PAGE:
On November 7, 2003, Buddy the Elf “passed through the seven levels of the candy cane forest, through the sea of swirly twirly gumdrops, and then walked through the Lincoln Tunnel” and right into our hearts.
Written by David Berenbaum and directed by Jon Favreau, Elf was the holiday hit of the year, taking in more than $200 million worldwide, and earning equal praise from critics (it’s Certified Fresh at 84%) and audiences (it sports a 74% Audience Score).
Since then, Elf has become a holiday TV stalwart, spawned a hit Broadway musical and a stop-motion animated special, and turned into one of the most beloved Christmas movies of all time.
Even now, at 15 years old (old enough to doubt the existence of Santa), Elf is still full of Christmas cheer. So, why has this film earned a place on the Nice List for life?
Prior to Elf, Jon Favreau was recognizable actor, but a relative unknown as a director. Granted, true Favreau-heads (Favr-ites?) might look to his 2001 independent film Made (Fresh at 71%) as Favreau’s directorial coming out party, but he was better known as one of the “money men” from Swingers and Monica’s millionaire boyfriend from Friends. But that all changed when he stepped behind the camera for Elf.
With his innovative and charming direction, Elf would go on to make nearly seven times its budget, and Favreau would go on to direct Iron Man, Iron Man 2, The Jungle Book, and the upcoming The Lion King.
But, if Favreau hadn’t taken on Elf (or if it hadn’t been quite a critical and commercial success), would he have been trusted to direct Iron Man? And if he hadn’t directed Iron Man, would the movie still have had the same vibrancy that made it such a hit? And would it then even spawn a sequel and set the stage for Captain America, The Avengers, Guardians of the Galaxy, and the rest of the blockbuster behemoth that is the Marvel Cinematic Universe?
Thankfully, Jon Favreau is so money, and Elf made sure we all knew it.
In 2003, Will Ferrell had already notched his name in TV lore with an impressive run on Saturday Night Live and stolen scenes in classic grown-up comedies like Old School, Austin Powers, and Zoolander, but it wasn’t known if the rambunctious man-child actor could carry a movie as a leading man, let alone a family film. Until, that is, everyone saw Elf.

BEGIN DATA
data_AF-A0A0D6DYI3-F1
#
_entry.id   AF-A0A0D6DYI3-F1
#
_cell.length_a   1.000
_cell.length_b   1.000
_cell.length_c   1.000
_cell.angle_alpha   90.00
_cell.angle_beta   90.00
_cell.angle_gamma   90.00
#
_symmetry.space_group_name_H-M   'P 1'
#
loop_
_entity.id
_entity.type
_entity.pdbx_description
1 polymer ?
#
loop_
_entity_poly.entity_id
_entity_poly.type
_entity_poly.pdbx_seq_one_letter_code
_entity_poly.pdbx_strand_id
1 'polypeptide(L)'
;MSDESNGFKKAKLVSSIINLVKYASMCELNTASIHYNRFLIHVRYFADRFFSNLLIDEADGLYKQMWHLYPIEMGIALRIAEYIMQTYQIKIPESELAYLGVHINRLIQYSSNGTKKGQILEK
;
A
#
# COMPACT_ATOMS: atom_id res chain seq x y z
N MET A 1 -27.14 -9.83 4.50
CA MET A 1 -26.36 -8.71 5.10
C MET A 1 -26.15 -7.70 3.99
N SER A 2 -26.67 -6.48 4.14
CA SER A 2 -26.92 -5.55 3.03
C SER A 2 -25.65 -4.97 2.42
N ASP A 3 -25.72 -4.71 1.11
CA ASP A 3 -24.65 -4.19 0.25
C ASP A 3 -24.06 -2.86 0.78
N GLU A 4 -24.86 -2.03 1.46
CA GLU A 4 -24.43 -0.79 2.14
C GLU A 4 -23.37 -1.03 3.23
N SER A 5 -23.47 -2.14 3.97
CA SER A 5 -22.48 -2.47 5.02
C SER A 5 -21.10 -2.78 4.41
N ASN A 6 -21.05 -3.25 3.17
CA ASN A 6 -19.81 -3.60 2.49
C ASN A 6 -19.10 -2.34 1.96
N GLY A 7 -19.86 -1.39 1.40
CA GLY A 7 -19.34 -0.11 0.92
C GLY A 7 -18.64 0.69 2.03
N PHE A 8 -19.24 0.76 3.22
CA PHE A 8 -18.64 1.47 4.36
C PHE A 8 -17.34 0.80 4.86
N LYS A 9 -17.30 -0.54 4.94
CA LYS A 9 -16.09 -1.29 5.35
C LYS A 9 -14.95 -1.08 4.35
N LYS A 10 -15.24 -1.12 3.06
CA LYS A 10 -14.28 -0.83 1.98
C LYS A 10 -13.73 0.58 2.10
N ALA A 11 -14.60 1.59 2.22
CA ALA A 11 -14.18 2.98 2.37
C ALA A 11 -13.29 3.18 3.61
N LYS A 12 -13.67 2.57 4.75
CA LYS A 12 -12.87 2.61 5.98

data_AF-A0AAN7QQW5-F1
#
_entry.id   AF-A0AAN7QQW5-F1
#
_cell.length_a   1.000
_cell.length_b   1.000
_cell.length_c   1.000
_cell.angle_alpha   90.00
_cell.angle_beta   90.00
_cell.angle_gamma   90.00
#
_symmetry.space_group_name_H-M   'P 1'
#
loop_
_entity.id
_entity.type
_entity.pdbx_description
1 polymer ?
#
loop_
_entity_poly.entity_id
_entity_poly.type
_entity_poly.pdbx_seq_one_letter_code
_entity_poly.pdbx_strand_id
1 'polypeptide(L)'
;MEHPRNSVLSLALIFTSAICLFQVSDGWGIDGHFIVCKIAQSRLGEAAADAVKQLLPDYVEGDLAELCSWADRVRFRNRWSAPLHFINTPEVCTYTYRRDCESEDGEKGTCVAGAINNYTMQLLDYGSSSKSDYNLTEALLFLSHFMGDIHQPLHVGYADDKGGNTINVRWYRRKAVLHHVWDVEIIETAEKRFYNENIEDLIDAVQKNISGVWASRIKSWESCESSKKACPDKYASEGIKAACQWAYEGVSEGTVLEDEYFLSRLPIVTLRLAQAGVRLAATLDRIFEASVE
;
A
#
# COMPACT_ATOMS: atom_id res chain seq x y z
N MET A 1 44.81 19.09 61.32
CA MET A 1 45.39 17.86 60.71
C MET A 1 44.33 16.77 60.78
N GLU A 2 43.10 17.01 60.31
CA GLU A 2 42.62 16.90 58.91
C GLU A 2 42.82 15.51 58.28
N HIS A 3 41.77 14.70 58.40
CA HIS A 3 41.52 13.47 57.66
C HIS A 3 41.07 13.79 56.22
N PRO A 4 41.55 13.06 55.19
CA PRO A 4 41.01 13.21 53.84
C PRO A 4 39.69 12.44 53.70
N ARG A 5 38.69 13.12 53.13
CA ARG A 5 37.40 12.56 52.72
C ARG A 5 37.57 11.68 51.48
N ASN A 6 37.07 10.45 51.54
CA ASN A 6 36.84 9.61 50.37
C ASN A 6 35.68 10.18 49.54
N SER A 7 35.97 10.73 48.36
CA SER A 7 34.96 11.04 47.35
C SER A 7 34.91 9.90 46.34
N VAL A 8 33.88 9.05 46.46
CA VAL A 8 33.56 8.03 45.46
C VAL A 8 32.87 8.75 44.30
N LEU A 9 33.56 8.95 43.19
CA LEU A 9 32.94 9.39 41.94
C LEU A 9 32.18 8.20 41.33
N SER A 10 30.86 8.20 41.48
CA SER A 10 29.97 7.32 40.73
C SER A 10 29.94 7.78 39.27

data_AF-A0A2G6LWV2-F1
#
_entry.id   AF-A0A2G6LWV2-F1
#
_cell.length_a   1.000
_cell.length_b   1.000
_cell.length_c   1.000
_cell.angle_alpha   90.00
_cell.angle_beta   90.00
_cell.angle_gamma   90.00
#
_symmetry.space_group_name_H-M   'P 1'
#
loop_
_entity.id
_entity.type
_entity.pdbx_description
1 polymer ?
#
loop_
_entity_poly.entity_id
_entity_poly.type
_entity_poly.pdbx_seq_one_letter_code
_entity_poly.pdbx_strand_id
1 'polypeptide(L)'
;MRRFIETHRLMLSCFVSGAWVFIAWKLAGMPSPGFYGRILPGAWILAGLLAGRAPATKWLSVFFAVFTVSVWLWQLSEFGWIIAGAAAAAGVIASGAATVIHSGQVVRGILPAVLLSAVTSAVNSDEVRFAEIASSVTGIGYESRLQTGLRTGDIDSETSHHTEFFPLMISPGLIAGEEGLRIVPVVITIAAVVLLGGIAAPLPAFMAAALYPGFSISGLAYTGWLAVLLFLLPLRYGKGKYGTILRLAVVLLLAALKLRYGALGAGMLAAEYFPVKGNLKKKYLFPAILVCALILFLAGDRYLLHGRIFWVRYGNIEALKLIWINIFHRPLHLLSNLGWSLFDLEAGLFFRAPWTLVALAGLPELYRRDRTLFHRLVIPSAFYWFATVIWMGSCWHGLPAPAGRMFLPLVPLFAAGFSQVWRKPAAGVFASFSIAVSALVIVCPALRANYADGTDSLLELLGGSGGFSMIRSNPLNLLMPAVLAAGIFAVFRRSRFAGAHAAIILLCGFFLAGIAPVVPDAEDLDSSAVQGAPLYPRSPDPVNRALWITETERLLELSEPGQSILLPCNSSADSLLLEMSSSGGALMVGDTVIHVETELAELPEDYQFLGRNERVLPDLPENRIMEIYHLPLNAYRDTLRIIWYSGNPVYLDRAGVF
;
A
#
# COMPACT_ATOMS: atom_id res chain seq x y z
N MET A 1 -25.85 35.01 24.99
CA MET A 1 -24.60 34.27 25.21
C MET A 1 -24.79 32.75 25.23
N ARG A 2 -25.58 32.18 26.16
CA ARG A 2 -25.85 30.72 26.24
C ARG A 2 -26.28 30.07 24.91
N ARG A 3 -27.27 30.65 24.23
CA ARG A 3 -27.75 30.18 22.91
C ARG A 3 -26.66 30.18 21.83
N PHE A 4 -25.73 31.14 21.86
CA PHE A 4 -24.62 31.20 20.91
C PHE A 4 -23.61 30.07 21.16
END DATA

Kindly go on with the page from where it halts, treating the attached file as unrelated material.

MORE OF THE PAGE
The risk to cast Ferrell paid off, and launched him from recent SNL departee to Hollywood’s next great comedy star. In the following years, Ferrell continued to rack up hits with both adult-oriented comedies like Anchorman, Step Brothers, and The Other Guys and family-friendly fare, including Kicking & Screaming, The Lego Movie, and Daddy’s Home.
Elf also marked a coming-out party for Ferrell’s co-star Zooey Deschanel. After small yet memorable parts in Almost Famous and The New Guy, Deschanel was dangerously close to being known better as “that girl” than as “Zooey Deschanel.”
But playing the role of reluctant mall elf and Buddy’s reticent love interest, Jovie, Deschanel delivered a star-making performance, showcasing the charm, singing talent, and adorkable-ness that would make her into a darling of the indie film world and a staple of the sitcom one.
Will Ferrell has always been a larger-than-life performer, but Elf took that quality and ran with it.
As the only human in the North Pole (and a 6’3″ one at that), Buddy the Elf stands out amongst the diminutive elves of Santa’s workshop, but Ferrell needed some movie magic to truly look like a fish out of water.
Thanks to forced perspective, which manipulated the set to make the other actors appear smaller, Ferrell managed to tower over his elfin counterparts without having to resort to CGI or green screens. Favreau called this process “painstaking,” but the end result looks seamless and allowed the actors to appear as normal as possible.
Who can forget “He’s an angry elf,” “You stink. You smell like beef and cheese! You don’t smell like Santa,” or “The best way to spread Christmas cheer is singing loud for all to hear?”
Those are all well and good, but unfortunately, they’re only really well and good for about two months a year. But, you know what’s good almost all the time? Every other quote in the movie!
Answering the phone? “Buddy the elf. What’s your favorite color?”
Taking a trip to Northern California? “Francisco! That’s fun to say! Francisco… Frannncisco… Franciscooo…”
Watching Cersei Lannister plot a scheme? “You sit on a throne of lies!”
Unlike many Christmas movies of the 21st century, which sought to bring a modern sheen to the holiday, Elf went the opposite direction, drawing artistic inspiration from campy stop-motion holiday classics from Rankin/Bass like Rudolph The Red-Nosed Reindeer, Santa Claus Is Comin’ to Town, and Jack Frost to give a “timeless” feel to the whole film.
In an interview with 20/20 in 2017, director Jon Favreau said, “We used stop-motion animation… so when you watch it, it doesn’t feel like it ages the same way that a film that has a lot of digital effects does.” And even when Elf featured CGI, it used it to mimic the same classic stop-motion feel.
And it worked. Compared to other CGI-filled Christmas movies from the 2000s — including The Santa Clause 2 and 3 (55% and 17% on the Tomatometer, respectively), The Polar Express (55%), and Disney’s A Christmas Carol (54%) — Elf’s Certified Fresh 84% ranks on top. And fans agree as well, as last year Elf was selected as the Best Christmas Movie of the 21st Century by FandangoNOW users.